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Monthly savings plans in stocks or funds are typical investments for many people. On aggregate, these plans generate a large demand on the underlying assets, often around the end/beginning of a month.

How do banks or fund managers handle these investments?

I assume two strategies, wich both seems to have problems:

  1. As monthly savings plans are often due at the end of the month, a financial institution buys the underlying assets within the first days of a month. This demand would drive stock prices at the beginning of a month, but this effect is not observable in empirical research.
  2. Financial institutions spread the buying of underlying assets. Therefore, they bear market-risk, as the claim of monthly savers on these assets is not covered by the bank/fund by actually holding these assets. I know, that this risk can be managed, but on aggregate, not all institutions can hedge their offered investment plans without holding any underlying asset.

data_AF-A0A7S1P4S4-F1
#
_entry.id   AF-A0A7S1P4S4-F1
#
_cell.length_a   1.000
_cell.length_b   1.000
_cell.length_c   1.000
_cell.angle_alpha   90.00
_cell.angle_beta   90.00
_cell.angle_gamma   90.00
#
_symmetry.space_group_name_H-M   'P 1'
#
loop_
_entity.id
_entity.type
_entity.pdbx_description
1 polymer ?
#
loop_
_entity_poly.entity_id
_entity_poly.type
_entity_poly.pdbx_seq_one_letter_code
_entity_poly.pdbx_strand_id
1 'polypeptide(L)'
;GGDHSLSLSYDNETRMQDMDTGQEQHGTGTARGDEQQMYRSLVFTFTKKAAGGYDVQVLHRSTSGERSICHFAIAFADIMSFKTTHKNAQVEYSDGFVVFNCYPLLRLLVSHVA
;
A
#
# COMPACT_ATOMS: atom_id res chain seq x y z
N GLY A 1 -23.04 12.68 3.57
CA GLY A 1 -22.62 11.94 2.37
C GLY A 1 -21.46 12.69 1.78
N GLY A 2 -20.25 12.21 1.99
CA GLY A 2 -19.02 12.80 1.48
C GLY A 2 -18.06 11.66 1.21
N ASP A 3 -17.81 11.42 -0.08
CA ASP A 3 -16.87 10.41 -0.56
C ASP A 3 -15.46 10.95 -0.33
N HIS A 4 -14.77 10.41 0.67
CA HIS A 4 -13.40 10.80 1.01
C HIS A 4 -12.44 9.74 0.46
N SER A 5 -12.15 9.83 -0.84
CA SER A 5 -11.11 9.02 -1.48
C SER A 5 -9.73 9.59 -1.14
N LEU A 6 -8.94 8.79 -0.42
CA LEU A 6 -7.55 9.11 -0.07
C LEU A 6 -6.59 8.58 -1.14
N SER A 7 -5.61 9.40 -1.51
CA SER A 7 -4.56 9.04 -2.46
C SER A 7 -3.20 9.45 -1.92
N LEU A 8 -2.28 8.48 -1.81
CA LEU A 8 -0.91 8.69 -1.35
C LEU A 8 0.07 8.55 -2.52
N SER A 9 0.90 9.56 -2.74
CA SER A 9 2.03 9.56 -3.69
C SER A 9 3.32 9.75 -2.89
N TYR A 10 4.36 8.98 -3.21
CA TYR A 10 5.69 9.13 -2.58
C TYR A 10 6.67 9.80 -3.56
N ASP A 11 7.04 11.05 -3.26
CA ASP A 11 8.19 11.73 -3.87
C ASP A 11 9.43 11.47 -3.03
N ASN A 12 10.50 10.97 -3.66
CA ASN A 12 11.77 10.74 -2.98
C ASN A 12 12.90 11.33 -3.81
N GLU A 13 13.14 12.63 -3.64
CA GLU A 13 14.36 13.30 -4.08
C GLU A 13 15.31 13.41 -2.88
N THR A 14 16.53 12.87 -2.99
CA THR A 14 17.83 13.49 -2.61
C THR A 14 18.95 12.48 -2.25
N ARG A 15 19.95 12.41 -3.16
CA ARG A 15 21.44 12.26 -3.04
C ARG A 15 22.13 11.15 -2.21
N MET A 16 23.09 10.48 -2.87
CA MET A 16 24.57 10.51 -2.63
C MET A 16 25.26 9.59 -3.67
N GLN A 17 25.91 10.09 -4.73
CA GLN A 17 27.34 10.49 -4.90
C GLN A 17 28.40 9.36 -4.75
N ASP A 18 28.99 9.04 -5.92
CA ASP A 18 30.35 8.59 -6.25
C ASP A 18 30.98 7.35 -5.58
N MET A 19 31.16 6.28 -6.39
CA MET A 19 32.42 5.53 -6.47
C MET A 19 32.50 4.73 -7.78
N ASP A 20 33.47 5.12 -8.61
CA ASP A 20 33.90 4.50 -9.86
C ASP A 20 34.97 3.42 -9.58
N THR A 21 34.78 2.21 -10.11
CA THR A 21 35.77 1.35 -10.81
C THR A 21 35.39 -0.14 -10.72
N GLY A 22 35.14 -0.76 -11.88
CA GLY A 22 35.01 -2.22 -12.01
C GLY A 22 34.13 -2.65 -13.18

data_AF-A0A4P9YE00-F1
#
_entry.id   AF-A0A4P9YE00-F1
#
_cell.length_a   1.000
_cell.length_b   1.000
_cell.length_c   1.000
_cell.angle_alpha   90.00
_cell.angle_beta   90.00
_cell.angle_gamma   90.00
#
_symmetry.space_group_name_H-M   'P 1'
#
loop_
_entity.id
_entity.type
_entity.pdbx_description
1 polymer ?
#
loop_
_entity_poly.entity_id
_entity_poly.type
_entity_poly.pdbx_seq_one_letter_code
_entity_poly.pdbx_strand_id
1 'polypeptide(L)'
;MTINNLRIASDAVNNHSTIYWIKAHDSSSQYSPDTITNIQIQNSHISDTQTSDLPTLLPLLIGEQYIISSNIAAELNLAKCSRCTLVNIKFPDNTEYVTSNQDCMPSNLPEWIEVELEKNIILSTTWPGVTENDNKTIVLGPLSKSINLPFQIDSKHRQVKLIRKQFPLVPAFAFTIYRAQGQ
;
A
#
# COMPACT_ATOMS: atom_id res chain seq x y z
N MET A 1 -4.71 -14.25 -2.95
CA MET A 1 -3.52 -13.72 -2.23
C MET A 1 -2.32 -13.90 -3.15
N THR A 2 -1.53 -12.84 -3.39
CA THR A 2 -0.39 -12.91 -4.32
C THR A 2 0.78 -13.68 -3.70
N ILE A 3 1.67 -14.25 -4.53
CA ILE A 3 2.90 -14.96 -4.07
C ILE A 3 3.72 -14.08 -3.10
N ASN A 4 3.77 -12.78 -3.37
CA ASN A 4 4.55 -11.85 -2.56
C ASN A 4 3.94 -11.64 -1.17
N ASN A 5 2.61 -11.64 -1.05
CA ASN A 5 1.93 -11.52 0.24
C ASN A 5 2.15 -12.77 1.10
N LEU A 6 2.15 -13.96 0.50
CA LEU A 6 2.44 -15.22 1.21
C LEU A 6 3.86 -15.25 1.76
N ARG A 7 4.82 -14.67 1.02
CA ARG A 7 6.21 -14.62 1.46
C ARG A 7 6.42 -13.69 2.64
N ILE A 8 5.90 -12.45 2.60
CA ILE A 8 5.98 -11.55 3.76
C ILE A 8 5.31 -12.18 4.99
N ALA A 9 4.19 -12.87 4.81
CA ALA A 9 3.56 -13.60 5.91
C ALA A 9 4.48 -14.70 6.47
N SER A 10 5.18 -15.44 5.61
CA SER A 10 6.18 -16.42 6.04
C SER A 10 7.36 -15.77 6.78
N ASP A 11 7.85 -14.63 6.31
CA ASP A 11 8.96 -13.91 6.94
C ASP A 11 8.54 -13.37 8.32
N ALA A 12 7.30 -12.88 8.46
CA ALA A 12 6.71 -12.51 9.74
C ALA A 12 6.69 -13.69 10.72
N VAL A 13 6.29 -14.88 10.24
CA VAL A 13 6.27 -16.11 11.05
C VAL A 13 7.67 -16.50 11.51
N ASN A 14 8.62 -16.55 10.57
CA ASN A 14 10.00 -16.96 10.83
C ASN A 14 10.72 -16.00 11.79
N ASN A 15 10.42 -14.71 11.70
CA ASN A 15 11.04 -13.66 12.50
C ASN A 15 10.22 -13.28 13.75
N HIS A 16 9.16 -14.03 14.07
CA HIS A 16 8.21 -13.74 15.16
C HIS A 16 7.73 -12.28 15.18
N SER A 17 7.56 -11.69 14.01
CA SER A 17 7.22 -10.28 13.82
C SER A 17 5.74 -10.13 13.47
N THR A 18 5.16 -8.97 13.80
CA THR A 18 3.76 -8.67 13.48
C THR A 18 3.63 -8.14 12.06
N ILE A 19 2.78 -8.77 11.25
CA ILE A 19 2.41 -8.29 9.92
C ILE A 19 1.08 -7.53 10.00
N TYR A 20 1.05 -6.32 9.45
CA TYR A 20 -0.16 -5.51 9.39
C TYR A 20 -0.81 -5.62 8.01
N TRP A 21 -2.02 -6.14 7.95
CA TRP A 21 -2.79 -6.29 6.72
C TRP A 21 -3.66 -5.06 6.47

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  • $\begingroup$ According to this working paper there is an end-of-month effect. For every 10 papers that prove something, you can always find 10 other papers that prove the opposite. $\endgroup$
    – M3RS
    Sep 20 '17 at 14:53
  • $\begingroup$ @Andras that link is paywalled. Can you provide a free one? Maybe the link to the actual paper? $\endgroup$
    – luchonacho
    Sep 25 '17 at 13:23
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    $\begingroup$ The paper Andras mentioned is here: research.mbs.ac.uk/accounting-finance/Portals/0/docs/… $\endgroup$
    – Ubiquitous
    Sep 25 '17 at 21:55

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